Barcelona football star Lionel Messi (R), his brother Rodrigo and lawyer Cristobal Martell (L) leave the courhouse in the coastal town of Gava near Barcelona on September 27, 2013 after an audience on tax evasion charges.
JOSEP LAGO—AFP/Getty Images
By Joanna Plucinska
June 11, 2015

Claiming ignorance doesn’t seem to be working for Lionel Messi this time around. After his newest appeal was rejected, it looks like the four-time World Player of the Year and Barcelona star will have to go to court in Spain to face tax evasion charges.

According to the BBC, Messi and his father, Jorge, are accused of withholding earnings between 2007 and 2009 by funneling income through companies in Belize and Uruguay responsible for selling the soccer star’s image rights. The contracts involved companies like Danone, Adidas, Pepsi-Cola and Procter and Gamble. The case against them claims they’ve defrauded the government of over €4m.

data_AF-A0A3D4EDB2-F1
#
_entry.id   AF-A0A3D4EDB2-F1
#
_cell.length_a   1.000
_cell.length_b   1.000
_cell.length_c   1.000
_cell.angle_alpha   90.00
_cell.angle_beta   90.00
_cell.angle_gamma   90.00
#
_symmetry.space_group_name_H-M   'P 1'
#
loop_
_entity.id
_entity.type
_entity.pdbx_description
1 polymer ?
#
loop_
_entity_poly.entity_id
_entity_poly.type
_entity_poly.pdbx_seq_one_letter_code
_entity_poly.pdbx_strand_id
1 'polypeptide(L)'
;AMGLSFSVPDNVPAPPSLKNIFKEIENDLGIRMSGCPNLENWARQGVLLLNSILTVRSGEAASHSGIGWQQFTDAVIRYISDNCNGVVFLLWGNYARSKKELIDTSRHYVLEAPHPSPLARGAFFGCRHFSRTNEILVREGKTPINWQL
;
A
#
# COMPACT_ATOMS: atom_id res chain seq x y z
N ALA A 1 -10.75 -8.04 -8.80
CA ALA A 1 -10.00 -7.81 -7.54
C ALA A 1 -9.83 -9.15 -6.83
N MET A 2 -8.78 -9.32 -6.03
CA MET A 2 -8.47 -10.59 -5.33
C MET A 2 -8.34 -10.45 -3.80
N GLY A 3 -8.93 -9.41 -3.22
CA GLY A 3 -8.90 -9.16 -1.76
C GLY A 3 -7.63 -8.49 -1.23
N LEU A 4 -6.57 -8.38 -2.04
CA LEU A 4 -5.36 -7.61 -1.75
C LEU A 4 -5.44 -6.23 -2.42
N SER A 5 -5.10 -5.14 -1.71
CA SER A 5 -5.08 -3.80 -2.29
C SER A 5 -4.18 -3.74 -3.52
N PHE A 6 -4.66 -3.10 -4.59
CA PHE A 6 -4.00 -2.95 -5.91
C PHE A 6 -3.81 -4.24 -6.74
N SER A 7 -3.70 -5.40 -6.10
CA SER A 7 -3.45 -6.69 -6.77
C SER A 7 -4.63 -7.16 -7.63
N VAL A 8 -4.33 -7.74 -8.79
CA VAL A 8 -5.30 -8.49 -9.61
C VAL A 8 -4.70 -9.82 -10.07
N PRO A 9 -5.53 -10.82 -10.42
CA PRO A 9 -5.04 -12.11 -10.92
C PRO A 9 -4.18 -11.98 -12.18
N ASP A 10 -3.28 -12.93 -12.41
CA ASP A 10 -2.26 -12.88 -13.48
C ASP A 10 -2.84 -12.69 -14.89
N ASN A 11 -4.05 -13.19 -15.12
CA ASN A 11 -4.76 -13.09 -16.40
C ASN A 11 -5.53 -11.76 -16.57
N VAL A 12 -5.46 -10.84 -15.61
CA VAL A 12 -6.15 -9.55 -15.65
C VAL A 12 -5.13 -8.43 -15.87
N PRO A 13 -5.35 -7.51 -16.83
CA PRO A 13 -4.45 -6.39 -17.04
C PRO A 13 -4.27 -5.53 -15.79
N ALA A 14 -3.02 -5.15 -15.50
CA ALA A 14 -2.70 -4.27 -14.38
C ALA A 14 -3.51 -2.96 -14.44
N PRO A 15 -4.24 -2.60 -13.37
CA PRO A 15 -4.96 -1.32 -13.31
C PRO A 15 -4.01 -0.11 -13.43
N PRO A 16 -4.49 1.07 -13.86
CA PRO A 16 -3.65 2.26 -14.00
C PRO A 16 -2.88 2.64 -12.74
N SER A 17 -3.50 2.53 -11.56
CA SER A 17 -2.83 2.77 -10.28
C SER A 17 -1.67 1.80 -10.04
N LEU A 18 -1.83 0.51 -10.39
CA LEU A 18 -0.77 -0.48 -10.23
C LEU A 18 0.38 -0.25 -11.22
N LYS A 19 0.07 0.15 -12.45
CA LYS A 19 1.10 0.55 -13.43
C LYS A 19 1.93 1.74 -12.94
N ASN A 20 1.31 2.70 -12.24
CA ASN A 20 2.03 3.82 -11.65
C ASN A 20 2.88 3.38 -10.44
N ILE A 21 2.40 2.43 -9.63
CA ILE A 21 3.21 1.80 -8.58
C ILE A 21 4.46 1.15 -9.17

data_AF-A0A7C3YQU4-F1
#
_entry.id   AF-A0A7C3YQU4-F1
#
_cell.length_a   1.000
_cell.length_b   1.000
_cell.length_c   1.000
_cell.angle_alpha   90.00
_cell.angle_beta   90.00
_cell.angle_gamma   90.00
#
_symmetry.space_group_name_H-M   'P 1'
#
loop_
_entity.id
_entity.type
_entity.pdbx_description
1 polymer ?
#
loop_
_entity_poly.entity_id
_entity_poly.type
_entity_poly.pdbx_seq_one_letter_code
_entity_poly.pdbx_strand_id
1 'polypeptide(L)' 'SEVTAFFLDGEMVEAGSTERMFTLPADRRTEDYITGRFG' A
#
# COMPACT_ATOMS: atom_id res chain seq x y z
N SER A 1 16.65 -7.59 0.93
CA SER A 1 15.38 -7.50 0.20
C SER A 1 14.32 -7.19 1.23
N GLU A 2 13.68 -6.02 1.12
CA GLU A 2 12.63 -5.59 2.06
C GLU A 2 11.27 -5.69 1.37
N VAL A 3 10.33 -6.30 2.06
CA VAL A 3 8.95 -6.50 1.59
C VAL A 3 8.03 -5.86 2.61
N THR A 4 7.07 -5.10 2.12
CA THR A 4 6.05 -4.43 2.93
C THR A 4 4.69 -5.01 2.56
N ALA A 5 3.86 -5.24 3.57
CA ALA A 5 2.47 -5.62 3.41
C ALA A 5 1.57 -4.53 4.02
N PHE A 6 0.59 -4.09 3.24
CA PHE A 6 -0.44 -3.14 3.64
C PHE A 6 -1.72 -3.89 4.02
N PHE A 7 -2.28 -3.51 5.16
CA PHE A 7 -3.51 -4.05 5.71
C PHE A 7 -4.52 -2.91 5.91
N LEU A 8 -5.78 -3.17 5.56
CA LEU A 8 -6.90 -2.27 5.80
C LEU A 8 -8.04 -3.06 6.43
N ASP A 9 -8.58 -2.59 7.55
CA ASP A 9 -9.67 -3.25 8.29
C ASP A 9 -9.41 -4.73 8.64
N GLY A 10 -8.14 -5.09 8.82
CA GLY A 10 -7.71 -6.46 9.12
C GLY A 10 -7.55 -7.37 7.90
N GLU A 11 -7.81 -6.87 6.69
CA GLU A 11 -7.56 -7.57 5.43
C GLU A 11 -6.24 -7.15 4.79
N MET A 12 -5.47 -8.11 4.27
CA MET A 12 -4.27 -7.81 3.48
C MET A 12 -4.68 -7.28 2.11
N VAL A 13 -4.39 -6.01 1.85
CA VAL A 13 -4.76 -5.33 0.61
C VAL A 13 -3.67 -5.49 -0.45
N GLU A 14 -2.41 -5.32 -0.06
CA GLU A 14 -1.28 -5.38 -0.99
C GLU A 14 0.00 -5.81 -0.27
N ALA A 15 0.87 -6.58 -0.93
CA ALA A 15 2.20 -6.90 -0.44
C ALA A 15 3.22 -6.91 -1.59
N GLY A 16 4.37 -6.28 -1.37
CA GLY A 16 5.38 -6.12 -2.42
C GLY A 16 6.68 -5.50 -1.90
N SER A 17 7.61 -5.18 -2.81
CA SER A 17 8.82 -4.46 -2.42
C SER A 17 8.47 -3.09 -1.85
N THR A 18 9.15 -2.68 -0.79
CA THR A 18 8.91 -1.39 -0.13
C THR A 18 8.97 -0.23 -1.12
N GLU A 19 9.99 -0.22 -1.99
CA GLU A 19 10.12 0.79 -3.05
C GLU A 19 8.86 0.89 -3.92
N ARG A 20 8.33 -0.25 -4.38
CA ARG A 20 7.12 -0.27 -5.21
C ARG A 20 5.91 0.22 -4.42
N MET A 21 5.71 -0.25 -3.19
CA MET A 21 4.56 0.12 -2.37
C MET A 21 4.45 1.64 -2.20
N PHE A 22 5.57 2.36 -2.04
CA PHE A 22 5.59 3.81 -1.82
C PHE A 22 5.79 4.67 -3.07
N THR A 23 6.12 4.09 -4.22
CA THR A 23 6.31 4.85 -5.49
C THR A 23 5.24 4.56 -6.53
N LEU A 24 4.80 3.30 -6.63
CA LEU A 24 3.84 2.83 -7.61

His previous appeal, thrown out by a Spanish judge last October, was based on the argument that Messi was not responsible for managing his finances. According to El Pais, Messi’s defense team argued he “never devoted a minute of his life to reading, studying or analyzing” the contracts. Instead, his father was primarily responsible for the player’s books.

A similar appeal was made this time around. But Spanish courts don’t think Messi’s professed ignorance is a good enough reason to drop the charges against him, the BBC reports.

In August 2013, Messi and his father voluntarily made a €5m payment to cover the tax and interest.

[BBC]

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